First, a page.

It’s almost hard to believe these days, what with modern game consoles packing terabytes of internal storage, but there was a time when the totality of your gaming career would be stored on an external memory card that held just a few megabytes of save data. Of course, before that you had to write down a sequence of random letters and numbers to pick up where you left off, but that’s a story for another day.
While the memory card concept might be quaint to the modern gamer, its modular nature does provide the hacker with some interesting avenues to explore. For example, take a look at the very impressive PicoMemcard project from [Daniele Giuliani]. Hardware wise, it doesn’t get much simpler than this. You just take the PCB from a cheap (or dead) PlayStation memory card, and solder seven jumpers to the edge connector contacts so you can plug them into the Pico. Then you’ve just got to upload the firmware to the Pico, and you’re done.
So what do you get for your troubles? Well for one thing, a fully functional PlayStation memory card. But more importantly, a memory card with a USB interface that allows you to backup your saved games to the computer.
Naturally you can also write new save files to the Pico from the computer, which opens up all kinds of possibilities. As we’ve covered in the past, there are ongoing efforts to exploit the PlayStation’s copy protection system using carefully crafted save games. The PicoMemcard will allow you to easily get these saves on your own console, allowing you to join in on the fun.
Don’t want to trash an existing memory card? [Daniele] is working on a custom PCB that implements a suitable edge connector, meaning you’ll no longer need the sacrificial card. While not currently implemented, the board design also includes an SD slot, which eventually should allow the PicoMemcard to hold even more data. If you’re still rocking the original PlayStation after all these years, we’d strongly recommend ordering a Pi Pico and keeping an eye on this project. We’d recommend the same for all you Game Boy aficionados, as well.
Thanks to [Andrea Campanella] for the tip.
15 thoughts on “Raspberry Pi Pico Replaces PlayStation Memory Card”
Not even Megabytes but the PS1 memory card has a mere 128 kByte of space.
For comparison, the PS2s memory card is just a Sony memory stick in disguise and the XBox one is even an USB stick with a proprietary connector.
No it wasn’t. PS2 memory card wasn’t a memory stick. SIO2 is nothing like the memory stick interface/protocol.
Nice, I can’t wait to build one or three.
This could make OPL VERY accessible (considering it’s compatible with PS2).
At the time of this writing, there’s an open Issue on the repo mentioning that it’s not recognized by the PS2. Logic analyzer captures are included, and it appears there’s some initialization signals the PS2 sends which PicoMemcard doesn’t know how to respond to. Presumably it’s some kind of startup routine that’s trying to determine if it’s a PS1 or PS2 card.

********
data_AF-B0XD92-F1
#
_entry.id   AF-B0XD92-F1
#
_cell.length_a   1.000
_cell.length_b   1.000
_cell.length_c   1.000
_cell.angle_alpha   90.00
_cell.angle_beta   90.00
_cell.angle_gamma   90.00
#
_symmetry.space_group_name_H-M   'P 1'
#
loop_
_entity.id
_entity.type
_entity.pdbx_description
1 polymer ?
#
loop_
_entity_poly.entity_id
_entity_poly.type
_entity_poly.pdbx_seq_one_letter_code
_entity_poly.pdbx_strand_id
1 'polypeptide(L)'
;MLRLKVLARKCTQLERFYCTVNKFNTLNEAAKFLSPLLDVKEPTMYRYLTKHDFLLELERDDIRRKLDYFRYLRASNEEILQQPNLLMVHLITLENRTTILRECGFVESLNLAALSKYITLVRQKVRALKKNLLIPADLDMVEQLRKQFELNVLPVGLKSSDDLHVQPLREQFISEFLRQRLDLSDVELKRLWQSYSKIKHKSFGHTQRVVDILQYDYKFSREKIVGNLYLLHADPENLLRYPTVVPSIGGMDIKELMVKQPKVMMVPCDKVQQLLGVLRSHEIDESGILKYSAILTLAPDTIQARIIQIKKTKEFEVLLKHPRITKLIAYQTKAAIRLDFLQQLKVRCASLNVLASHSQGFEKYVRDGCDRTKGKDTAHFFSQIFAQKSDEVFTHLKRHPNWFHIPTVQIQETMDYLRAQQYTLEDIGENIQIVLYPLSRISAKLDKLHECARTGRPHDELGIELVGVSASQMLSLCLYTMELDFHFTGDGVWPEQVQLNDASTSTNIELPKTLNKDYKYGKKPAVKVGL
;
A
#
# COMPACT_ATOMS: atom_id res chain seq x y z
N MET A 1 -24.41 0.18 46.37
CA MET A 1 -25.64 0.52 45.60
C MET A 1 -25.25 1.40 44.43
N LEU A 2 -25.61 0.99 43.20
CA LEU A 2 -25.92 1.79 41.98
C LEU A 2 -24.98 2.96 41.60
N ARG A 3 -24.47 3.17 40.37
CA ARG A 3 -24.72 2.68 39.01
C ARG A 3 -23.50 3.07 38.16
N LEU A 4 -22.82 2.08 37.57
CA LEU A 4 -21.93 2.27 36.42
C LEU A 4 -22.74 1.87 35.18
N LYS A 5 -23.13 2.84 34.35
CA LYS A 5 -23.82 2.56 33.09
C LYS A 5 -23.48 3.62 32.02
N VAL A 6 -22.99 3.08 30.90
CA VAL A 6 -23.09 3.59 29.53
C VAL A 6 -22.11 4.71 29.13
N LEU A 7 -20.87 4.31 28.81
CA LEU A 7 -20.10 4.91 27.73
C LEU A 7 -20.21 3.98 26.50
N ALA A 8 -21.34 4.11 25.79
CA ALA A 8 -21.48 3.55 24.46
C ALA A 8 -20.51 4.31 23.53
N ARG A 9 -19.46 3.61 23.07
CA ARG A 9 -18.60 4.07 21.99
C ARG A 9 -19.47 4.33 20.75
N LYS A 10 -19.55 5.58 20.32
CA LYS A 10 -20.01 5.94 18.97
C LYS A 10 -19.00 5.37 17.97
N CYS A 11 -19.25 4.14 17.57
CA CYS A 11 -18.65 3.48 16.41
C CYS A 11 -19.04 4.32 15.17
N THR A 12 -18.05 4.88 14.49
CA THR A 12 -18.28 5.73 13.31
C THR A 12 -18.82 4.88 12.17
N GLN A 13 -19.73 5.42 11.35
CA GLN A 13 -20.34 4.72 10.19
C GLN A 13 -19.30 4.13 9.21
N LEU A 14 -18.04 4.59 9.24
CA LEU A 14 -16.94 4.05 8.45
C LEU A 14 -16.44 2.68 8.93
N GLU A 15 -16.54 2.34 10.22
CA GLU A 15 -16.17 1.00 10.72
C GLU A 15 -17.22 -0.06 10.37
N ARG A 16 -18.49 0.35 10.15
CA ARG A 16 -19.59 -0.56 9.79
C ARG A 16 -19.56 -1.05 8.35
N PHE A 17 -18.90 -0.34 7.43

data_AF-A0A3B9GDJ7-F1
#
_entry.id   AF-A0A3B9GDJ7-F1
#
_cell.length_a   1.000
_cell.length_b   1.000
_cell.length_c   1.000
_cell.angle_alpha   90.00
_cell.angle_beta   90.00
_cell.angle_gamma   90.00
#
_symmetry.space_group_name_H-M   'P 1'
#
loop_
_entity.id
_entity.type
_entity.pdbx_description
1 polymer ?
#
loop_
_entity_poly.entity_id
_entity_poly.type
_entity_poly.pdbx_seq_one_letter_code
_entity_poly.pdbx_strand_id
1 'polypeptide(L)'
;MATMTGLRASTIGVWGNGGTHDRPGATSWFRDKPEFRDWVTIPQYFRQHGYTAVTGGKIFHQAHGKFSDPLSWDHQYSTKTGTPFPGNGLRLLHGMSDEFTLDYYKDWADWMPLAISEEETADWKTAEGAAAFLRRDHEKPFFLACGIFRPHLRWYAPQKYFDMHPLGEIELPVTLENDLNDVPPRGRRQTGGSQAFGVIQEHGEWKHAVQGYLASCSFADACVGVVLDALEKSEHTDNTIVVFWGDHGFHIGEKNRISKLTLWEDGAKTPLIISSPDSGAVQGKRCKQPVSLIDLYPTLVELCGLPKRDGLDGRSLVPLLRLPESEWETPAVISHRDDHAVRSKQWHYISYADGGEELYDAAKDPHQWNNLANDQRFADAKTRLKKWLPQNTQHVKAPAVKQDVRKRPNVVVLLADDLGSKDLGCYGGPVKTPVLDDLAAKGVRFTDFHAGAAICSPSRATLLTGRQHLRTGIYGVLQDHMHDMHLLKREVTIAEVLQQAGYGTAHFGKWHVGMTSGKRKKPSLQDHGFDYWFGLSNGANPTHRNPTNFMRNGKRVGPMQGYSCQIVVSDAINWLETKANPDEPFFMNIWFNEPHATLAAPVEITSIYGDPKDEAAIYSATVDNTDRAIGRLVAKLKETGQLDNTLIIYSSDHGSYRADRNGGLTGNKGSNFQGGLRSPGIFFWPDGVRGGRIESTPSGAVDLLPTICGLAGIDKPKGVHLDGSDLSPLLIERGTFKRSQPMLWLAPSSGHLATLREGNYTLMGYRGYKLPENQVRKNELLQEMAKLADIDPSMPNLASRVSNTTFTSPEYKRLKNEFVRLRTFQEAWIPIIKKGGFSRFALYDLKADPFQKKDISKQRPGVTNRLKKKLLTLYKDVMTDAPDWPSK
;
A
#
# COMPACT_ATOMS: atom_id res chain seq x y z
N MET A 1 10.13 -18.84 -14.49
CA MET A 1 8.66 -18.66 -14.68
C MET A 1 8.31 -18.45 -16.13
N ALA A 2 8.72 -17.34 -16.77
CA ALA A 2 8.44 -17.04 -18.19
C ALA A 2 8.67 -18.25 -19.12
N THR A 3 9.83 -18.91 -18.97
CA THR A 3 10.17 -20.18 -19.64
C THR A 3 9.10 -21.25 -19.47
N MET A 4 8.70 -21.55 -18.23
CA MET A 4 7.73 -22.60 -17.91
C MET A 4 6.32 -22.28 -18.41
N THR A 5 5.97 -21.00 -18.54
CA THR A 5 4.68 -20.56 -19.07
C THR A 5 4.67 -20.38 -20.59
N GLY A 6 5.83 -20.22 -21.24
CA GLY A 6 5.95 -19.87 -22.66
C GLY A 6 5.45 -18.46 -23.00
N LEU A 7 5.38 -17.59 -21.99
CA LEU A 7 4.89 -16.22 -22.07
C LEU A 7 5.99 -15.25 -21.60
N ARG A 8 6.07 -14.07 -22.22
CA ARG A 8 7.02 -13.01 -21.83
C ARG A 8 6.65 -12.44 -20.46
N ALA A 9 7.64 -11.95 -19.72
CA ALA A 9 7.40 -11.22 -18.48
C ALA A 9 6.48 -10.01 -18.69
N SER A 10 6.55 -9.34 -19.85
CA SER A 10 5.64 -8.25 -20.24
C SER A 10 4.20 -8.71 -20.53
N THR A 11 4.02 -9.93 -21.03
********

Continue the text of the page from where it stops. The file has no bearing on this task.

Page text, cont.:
No reason to expect this can’t be resolved though, and I’m sure PS2 support will come eventually. Like you said, there would be a lot of interest in using this technique for PS2 homebrew.
Damn looks great! I have this on my project list for ages. Once tried to replicate a MC with an FPGA but this is geniusly simple.
I hope he sources the bare chip for his final design.
Will this allow the newly discovered PS1 memory card hack? Or the PS2 SD card loader trick?
Either way, very nice.
Anybody else notice that the Pico is 5-20x more powerful a processor than the PS1? Would be interesting to see one as a coprocessor/network card xD
Maybe over the parallel/serial ports? (If you have an older model at least?) Could make for a fun project like that SNES -> NES cart awhile back, though you’d have to write code that knew to take advantage of the pico, not sure any way to use this to enhance an existing disc.
If you have a slimline PS2, there’s a bootable DVD exploit.
I love this!
Of course, before the days of writing down a code of letters and numbers, we only had games where “resuming” meant “start at the beginning and play until you get to where you were before”. (Grumble, wave cane at insouciant youths.)
Seriously, this is cool. I no longer have any PS1s, but I do have a couple of PS2s in storage that I plan to rescue once we move into our new place, and – when they’ve solved the PS2 card-init issue – this would be a fun project.
Theoretically the “code” style scheme can encode quite a bit of state if the game is programmed with that in mind. Not the easiest to remember, but hey that’s what pen and paper is for.
It’s a very clever solution, although it’s a shame they couldn’t have eventually found a way to just hold the code in a tiny bit of SRAM or something. Just a few hundred bytes would do.
My PS1 is a Raspberry Pi 3.
I’m old enough to remember Bleem!, so I don’t know why you would keep an original PS1 console when Bleem! and its derivatives have long since solved all of the emulation issues. Everything is playable, and Sony used to sell an official USB memory card adapter for loading PS1/PS2 saves to and from the PS3 hard drive, which you could then read from a PC. This was all to aid in the backwards compatibility for the original production run of PS3s.
Games back in the PS1 days did not typically include personalized or multiple endings, so there was no benefit to keeping your personal saves when you could simply download a 100% save and still get to play through all the previous levels. If you lost your original memory cards you would only lose personalized names given to the saves, otherwise the rest of the experience is intact when using someone else’s saves.
No multiple endings? Didn’t play many RPGs or Survival Horror games did ya?
Is it possible to add a segmented LED display to show which bank is selected?
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